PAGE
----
Not Afraid To Fight Trade War With US – China Says
BEIJING (Alliance News) – After the White House brought tariffs on Chinese imports back on the table, reigniting a months-long conflict, Beijing said Wednesday it was not afraid to fight a trade war.
“China does not want to fight but is not afraid to fight a trade war,” Foreign Ministry spokeswoman Hua Chunying said.
She added the US move to impose a 25% tariff on 50 billion dollars worth of Chinese goods was “contrary to the consensuses” the countries had reached previously in Washington.
The White House announced late Tuesday the tariffs would be imposed on a list of products to be issued by June 15. It was thus reverting an earlier decision to put trade frictions and tariffs “on hold.”
The surprise announcement, preceding a planned visit to Beijing this weekend by US Commerce Secretary Wilbur Ross, “is both unexpected and within expectation,” the Chinese Commerce Ministry said.
The threatened tariffs are in fact a “negotiating step” ahead of the US trade delegation’s visit to Beijing, the American Chamber of Commerce in China said Wednesday.
“We don’t believe tariffs are the appropriate way to proceed,” Lester Ross, chairman of AmCham China’s policy committee told journalists, adding that tariffs would ultimately constitute a tax on US consumers.
“However, tariffs or the threat of tariffs are a very useful, a very powerful negotiating tactic,” he said. “And to the extent that they have helped bring China to the negotiating table in a more serious way than has been the case in the past, then we think that is very useful.”
Earlier this month, Vice Premier Liu He travelled to Washington to defuse tensions on issues such as intellectual property theft, government subsidies and import tariffs.
The US had agreed to suspend the implementation of tariffs on 150 billion dollars’ worth of Chinese imports while negotiations continue. At the same time, China promised to boost US imports, particularly in agriculture and energy, and reduce the countries’ trade deficit.
The state-run tabloid Global Times said Washington’s announcement to reinstate the tariffs was “shocking” for China, and that “a full-blown trade war would be inevitable” if the US went ahead with its implementation.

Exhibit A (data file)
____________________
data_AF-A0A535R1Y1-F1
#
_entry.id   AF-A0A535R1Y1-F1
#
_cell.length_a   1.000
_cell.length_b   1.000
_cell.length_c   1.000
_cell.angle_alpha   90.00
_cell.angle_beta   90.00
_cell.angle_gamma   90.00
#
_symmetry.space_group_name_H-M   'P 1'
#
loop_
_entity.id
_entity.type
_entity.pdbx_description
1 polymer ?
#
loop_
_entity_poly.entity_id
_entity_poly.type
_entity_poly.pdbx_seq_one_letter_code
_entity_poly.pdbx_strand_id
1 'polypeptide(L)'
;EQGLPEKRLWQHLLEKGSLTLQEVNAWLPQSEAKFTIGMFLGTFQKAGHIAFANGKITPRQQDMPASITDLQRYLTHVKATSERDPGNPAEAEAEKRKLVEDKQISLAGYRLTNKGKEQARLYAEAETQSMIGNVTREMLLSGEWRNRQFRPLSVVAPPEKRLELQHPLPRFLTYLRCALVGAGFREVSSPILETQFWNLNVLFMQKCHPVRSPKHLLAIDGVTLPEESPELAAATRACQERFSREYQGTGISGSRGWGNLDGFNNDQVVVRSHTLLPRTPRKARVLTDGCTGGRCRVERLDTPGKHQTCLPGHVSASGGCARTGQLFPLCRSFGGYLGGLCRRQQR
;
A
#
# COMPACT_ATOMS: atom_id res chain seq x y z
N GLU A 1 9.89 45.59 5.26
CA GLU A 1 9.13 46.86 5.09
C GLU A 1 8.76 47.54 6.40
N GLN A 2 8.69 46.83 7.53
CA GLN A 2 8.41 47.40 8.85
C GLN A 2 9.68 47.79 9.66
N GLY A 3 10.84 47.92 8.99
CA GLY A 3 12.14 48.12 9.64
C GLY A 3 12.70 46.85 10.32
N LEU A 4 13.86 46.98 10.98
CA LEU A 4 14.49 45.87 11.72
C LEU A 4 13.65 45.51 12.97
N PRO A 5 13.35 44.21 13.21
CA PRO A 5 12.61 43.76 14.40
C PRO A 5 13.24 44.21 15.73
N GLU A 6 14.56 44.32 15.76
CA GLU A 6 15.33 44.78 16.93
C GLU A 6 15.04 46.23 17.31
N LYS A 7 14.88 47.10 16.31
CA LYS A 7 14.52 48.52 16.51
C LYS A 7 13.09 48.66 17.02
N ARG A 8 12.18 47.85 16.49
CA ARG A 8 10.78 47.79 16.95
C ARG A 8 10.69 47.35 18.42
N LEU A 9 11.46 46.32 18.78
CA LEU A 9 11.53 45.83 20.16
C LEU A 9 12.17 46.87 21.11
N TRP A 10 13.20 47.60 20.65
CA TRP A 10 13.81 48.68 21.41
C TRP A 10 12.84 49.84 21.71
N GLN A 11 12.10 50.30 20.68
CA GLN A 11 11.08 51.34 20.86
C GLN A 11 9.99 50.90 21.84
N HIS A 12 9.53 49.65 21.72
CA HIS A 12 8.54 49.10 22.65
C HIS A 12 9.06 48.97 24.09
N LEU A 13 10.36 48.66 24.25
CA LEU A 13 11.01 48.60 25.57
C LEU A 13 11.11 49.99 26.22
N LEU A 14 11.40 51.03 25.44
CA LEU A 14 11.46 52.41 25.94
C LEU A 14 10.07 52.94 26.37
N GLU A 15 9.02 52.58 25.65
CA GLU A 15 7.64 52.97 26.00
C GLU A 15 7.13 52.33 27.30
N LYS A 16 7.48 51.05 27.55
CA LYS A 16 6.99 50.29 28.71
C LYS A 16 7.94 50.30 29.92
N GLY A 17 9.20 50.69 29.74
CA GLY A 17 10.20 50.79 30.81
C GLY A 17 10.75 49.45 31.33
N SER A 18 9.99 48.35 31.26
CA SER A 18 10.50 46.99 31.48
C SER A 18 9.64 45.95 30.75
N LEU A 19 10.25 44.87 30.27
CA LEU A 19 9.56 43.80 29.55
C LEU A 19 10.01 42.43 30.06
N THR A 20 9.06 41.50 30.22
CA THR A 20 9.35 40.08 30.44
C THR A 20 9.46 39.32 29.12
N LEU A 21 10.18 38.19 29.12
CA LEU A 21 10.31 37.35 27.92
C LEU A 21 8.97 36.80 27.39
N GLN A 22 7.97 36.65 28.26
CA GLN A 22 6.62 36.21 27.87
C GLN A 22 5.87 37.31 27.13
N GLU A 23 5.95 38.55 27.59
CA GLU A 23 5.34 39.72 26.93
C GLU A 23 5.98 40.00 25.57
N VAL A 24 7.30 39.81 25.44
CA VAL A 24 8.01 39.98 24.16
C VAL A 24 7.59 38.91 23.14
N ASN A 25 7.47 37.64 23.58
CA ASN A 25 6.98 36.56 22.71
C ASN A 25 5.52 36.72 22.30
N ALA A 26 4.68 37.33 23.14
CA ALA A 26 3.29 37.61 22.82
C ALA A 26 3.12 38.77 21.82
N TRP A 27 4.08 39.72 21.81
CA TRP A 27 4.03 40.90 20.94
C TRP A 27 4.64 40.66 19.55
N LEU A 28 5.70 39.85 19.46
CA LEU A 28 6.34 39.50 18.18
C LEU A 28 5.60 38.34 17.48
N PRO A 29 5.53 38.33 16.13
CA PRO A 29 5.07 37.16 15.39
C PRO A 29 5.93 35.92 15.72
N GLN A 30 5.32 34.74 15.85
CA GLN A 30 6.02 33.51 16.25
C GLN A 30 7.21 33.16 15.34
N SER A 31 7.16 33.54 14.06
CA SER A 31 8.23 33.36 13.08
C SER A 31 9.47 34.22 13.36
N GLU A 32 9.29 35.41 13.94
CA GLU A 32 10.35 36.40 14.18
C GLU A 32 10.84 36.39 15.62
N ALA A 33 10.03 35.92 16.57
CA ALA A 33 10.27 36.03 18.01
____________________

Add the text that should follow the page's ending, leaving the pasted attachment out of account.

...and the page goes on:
“Breaking a promise for the purposes of landing a better deal is a bad habit for Washington to develop, and it is something China won’t allow,” the tabloid said.
China will take “resolute and effective measures” to safeguard its interests, Hua said.
The International Monetary Fund (IMF) on Wednesday called on China and the US to settle their dispute.
“We think it’s important that both sides try to collaborate, to de-escalate and avoid any kind of tensions,” IMF representative Alfred Schipke told journalists in Beijing.
The trade frictions are indirectly affecting the countries’ consumers, investors and the financial markets, he said.
“These trade tensions are not beneficial for anybody,” Schipke said, as he presented the results of the IMF’s annual mission to China.
The IMF maintained its 6.6% growth forecast for China’s GDP this year, down from 6.9% last year. By 2023, the world’s second-largest economy is expected to slow down to a 5.5% annual growth rate.
China needs to ensure a level playing field for domestic and foreign companies, and better protect intellectual property rights, the IMF said.
The fact that the US is willing to risk disruptions in its relations with China shows “how seriously it views China’s cybertheft, as well as its forced technology transfer and discriminatory industrial policies,” AmCham’s annual white paper stated.
US companies in China have major concerns regarding the lack of a level playing field for domestic and foreign companies, Lester Ross said.
“China doesn’t feel an obligation to open up more widely to foreign competitors,” he said.
According to a recent AmCham survey, 46% of respondents said they were being treated unfairly compared to local companies, while 75% of US companies in China said they felt less welcome than in the past.